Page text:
GE used to do something like this – have their managers rank all their direct reports into three groups, with the bottom feeders (the underperformers) singled out for smaller (or no) raises, remediation, or termination. In fact, countless other firms stumbled over one another to adopt the Welch Way (also known as Rank and Yank). Over time this practice was discredited – the initial healthy competition among staff gave way to brutal backstabbing. Whispers of discrimination led to a dramatic increase in white shoe and briefcase sightings, and good old-fashioned camaraderie morphed into suck-up fests unrivaled in modern history.
Spun into a Lather
Here’s the problem as I see it. Companies have spun themselves into a lather trying to avoid employee appraisal policies that are subjective. Grade, reward and punish people based solely on mathematics. What could go wrong? Pretty much everything. Did someone miss a few deadlines? Why? Were there some customer complaints against an employee? Why? Were sales down in someone’s territory last quarter? Why?
Every time you ask why – boom – subjective. The problem is…..everything in life is subjective. It can’t be scrubbed or lawyered away. So what’s a beleaguered company owner (or HR person or division manager) to do?
Life is Subjective
Be honest. Accept that work, as part of life, is and will always be subjective. Embrace the concept, then share it with your staff from day one and be 100% sure everyone understands. Does anyone doubt that when they were hired, it was because one or more existing company staff had a “good feeling” about them, or “believed” that their skills and personality and work ethic were a “good fit” for the organization? This is how business gets done, people, and it works the same whether you’re on the way in or heading out!
So Brian, you have convinced me that the world runs on subjectivity. But getting back to the original issue, how do you keep your teams fueled up and running at peak efficiency while identifying those individuals who just aren’t working out?
Glad you asked – back in February I blogged about leadership and how I prepare my teams for battle. There are two main steps, equip and release. Leaders lead by giving their teams the knowledge, tools, and mindset to be successful. Once I believe (subjective) that my staff has been thoroughly equipped, they are released to put these skills, ideas and instincts to work. I monitor their progress, and yes, that does include objective measures like sales. But I also watch how they interact with prospects (do they listen), customers (are they comfortable), fellow employees (do they play nice), and a million other things – most of which are subjective. Even before equipping and releasing, there is something I call cultivating. At the company level, cultivating is creating an environment that encourages, facilitates, and rewards success. At the individual level, it is identifying people who are worthy of more or specialized attention, and then providing it. So my strategy is to cultivate promising people by running an attractive place of business, a place that incubates and nurtures them until they are equipped to excel at their jobs.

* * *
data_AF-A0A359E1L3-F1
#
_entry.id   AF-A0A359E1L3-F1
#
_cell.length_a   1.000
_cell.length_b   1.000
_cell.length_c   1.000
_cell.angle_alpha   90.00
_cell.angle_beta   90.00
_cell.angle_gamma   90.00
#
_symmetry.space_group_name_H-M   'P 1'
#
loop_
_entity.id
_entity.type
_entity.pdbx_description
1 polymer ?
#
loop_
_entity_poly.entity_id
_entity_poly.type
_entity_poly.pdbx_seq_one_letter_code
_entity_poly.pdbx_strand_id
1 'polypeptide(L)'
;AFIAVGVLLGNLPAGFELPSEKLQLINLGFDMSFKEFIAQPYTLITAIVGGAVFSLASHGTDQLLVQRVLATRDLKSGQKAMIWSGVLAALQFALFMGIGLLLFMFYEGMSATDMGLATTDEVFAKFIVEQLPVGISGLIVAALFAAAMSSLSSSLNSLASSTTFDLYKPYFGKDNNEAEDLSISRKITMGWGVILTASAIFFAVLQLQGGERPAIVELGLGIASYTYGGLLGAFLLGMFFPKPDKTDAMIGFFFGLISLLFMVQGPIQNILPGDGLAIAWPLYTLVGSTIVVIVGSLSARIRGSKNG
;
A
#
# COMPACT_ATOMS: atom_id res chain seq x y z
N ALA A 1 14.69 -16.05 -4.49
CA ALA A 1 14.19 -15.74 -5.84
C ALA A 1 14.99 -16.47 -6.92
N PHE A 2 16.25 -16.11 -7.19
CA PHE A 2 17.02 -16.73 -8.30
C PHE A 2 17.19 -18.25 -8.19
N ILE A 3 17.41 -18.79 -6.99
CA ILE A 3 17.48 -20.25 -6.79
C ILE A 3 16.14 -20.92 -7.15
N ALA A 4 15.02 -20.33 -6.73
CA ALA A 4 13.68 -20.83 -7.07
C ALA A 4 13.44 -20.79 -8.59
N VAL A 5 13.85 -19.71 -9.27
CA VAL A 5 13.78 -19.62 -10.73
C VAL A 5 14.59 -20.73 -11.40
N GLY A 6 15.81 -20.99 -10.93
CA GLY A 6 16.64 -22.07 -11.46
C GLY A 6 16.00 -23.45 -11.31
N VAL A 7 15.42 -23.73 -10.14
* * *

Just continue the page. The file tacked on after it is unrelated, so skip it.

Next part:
Transfer or Terminate
But what happens if my gut instincts (subjective) are wrong? Two things happen. I take a fresh look at the situation and ask if this person might be more ideally suited for another position (a transfer) within the company. If so, we start the equip and release process again, hopefully with a more positive outcome. However, if we have nothing currently suitable for this person, or if I have just decided to cut my losses, termination is the only remaining avenue. I am great at what I do, and I enjoy teaching it to willing students. But, there will be a certain small percentage of new hires that either can’t do it, or won’t buy into it, and that’s reality.